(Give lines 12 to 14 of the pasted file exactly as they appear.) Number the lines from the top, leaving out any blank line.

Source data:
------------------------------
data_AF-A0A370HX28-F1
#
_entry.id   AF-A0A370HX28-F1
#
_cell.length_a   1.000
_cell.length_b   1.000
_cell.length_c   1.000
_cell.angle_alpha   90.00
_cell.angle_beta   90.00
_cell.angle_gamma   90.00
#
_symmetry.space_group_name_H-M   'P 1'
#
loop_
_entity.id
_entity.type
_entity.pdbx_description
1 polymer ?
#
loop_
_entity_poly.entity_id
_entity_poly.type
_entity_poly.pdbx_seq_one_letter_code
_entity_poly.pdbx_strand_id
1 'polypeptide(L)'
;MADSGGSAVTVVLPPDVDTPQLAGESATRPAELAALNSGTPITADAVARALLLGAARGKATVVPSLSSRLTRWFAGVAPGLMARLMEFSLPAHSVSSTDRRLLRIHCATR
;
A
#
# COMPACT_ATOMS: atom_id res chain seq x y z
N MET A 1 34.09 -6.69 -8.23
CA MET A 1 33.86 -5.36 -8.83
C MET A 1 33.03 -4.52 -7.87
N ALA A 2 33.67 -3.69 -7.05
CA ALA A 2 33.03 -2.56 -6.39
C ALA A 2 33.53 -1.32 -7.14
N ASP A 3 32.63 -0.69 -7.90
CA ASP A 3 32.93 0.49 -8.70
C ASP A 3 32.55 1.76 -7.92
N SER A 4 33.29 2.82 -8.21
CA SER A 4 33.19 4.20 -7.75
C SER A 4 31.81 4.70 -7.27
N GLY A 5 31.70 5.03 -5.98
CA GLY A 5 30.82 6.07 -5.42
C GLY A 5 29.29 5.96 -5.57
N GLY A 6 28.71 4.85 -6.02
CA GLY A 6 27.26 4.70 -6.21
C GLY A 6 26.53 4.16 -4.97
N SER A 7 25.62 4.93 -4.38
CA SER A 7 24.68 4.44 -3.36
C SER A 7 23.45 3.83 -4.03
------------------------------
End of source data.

_symmetry.space_group_name_H-M   'P 1'
#
loop_